Special Column/Podcast: Ald. Lopez says Mayor Lightfoot’s failures empower street gangs
15th Ward Alderman Raymond Lopez in an interview this week told me that Mayor Lori Lightfoot has not only failed to confront street gangs but has empowered them with her rhetoric and failed policies. Coupled with States Attorney Kim Foxx’s failed policies, street gangs are emboldened and the Chicago Police have been weakened. Ald. Lopez said that must change. (Podcast audio at end of column)
By Ray Hanania
Chicago Alderman Raymond Lopez said that Mayor Lori Lightfoot’s sudden concern to confront street gangs is driven by politics, not by a concern for the city or its citizens.
One of several City Council members who have challenged Lightfoot’s failure in confronting street gang violence and the COVID pandemic, Lopez said Monday “anything is possible” when asked if he might run for mayor.
Lopez entered public service in 1996 as a volunteer in the 23rdWard organization of then Democratic Committeeman and Congressman Bill Lipinski, one of Chicago’s most powerful political organizations and then moved to the 15th Ward where he won office in 2012 of Committeeman and alderman in 2015.
He was not hesitant to criticize Lightfoot accusing her policies of undermining the police noting that during her first two years in office empowered the street gangs, which he called “the central issue” facing the city.
“The mayor, not until last week, finally called out gangs and the negative role they play in our neighborhoods,” Lopez said during an appearance on the Ray Hanania on Politics Podcast Monday, August 16, 2021.
“But you cannot wait two years to call them the enemy. And today again she said gangs are the issue and we have to declare war on killers. That’s pretty tough talk for a woman who has been enabling gangs and criminals and working with them quite frankly for two years. Who is going to take her seriously? This is a mayor who a year and a half ago thought it was a good idea to work with gang bangers to protect neighborhoods which ultimately led to African Americans and others being attacked and shot in some cases. How do you go from they are our partners to now they are the enemy when you are the one who brought them to the table.”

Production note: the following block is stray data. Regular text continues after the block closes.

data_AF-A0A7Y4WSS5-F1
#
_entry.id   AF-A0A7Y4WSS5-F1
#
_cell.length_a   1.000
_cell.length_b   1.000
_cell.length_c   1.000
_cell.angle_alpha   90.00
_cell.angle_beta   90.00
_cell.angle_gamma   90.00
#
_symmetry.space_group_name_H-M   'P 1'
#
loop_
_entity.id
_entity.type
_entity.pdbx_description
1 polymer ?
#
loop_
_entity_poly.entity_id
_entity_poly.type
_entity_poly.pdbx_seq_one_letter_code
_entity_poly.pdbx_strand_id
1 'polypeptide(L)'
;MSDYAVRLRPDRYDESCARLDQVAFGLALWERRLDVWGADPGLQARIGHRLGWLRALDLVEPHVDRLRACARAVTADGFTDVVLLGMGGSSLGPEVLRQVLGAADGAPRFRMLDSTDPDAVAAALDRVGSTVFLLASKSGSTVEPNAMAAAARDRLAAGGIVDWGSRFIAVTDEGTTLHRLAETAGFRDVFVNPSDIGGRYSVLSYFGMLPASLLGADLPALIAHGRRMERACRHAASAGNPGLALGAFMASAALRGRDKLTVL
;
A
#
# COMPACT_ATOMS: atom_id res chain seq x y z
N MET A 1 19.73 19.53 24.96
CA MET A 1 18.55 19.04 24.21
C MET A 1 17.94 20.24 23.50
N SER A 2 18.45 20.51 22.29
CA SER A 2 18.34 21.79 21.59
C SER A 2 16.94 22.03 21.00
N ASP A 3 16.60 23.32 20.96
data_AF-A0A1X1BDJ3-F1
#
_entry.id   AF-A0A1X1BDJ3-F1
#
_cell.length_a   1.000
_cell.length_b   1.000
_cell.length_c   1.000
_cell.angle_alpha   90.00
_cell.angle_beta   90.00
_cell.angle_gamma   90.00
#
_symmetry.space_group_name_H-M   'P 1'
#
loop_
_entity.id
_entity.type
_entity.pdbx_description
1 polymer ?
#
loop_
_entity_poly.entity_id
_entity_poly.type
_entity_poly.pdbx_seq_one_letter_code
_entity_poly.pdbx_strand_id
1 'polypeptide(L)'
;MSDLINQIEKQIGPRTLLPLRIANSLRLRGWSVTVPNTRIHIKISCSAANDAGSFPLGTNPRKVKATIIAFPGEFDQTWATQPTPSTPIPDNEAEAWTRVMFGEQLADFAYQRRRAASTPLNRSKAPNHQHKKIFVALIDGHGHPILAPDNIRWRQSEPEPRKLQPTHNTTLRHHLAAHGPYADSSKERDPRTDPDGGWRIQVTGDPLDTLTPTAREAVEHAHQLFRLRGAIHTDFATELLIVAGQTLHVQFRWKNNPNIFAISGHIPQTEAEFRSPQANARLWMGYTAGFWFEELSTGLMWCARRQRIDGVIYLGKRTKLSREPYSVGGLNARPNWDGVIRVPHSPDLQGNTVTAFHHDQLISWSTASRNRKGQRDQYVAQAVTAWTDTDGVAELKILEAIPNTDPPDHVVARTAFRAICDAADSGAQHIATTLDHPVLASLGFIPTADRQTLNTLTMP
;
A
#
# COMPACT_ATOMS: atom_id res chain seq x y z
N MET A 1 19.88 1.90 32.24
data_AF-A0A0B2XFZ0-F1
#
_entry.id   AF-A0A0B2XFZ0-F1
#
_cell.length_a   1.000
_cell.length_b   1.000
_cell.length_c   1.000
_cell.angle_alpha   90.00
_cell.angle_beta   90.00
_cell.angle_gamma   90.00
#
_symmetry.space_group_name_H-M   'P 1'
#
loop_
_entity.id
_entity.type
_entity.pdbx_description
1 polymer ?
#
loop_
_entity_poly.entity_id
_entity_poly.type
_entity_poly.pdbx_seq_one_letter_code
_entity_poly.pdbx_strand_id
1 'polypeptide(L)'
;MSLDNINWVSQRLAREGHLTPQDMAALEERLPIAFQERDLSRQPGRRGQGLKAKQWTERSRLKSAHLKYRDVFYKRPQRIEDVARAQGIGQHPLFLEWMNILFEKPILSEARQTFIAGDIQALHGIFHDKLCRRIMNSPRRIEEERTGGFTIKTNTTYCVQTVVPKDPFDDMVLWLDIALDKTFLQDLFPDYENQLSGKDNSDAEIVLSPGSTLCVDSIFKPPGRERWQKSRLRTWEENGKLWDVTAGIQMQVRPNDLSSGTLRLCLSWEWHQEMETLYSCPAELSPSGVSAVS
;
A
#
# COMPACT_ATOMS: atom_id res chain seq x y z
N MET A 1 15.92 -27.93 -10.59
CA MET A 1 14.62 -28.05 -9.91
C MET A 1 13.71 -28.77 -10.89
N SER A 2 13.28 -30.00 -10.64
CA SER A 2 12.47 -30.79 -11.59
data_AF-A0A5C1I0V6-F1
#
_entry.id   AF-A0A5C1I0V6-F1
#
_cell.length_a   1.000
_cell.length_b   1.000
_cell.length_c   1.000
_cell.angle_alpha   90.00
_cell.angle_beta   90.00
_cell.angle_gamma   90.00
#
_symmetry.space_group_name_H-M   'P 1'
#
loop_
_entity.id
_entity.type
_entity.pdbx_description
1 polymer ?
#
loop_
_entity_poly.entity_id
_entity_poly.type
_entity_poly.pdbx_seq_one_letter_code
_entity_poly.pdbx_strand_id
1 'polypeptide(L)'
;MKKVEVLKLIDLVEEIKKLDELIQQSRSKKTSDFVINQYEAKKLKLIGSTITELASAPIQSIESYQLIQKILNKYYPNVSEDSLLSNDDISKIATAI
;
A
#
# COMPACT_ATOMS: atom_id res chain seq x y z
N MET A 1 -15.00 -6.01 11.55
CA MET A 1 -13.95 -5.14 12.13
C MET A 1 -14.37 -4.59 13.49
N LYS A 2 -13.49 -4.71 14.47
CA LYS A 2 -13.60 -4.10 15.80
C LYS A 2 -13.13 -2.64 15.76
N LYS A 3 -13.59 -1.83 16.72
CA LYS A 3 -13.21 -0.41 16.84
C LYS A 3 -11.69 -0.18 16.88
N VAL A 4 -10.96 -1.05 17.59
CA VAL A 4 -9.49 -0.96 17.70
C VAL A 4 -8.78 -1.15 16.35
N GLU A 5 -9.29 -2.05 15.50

Lopez said Lightfoot’s rhetoric has been “welcoming” to the street gangs. Coupled with Cook County State’s Attorney Kim Foxx’s policies of declining to prosecute criminals and increasing thresholds for prosecutions, the street gangs are “getting a clear message.”
“Without a doubt, Ray, the idea that we are welcoming to criminals based on the rhetoric we hear and see is having a huge impact on the City of Chicago,” Lopez argued.
“We know that Kim Foxx has rhetorically sided with criminals over victims, time and time again. We also know that our Mayor Lori Lightfoot has sided with criminality over the police.”
Lopez cited Lightfoot’s refusal to stand by police when protestors tore down statues of Christopher Columbus in 2020.
“You had the police officers surrounding the Columbus statue and you had hundreds of protestors with weapons, frozen water bottles, sharpened spears and things of that nature aggressively going after our police and the mayor gave out less than a single tweet to discuss how wrong it was for violence against the officers, but in the same breath gave out 13 follow-up tweets on how to report a police officer for excessive force and violence,” Lopez said.
“That level of impartiality is not lost on anybody. And gangbangers pick up on that really quick. And to your point, they do know they don’t want to be in an area where people are tough on them.”
When communities “are tough on street gangs,” Lopez said. “They look for other places to go that are more welcoming in surrounding neighborhoods.”
Lopez cited the tragic murder of Chicago Police Officer Ella French who was killed during a traffic stop by a gun carrying criminal with a past history of criminal activity as forcing Lightfoot to “finally say something” against street gangs.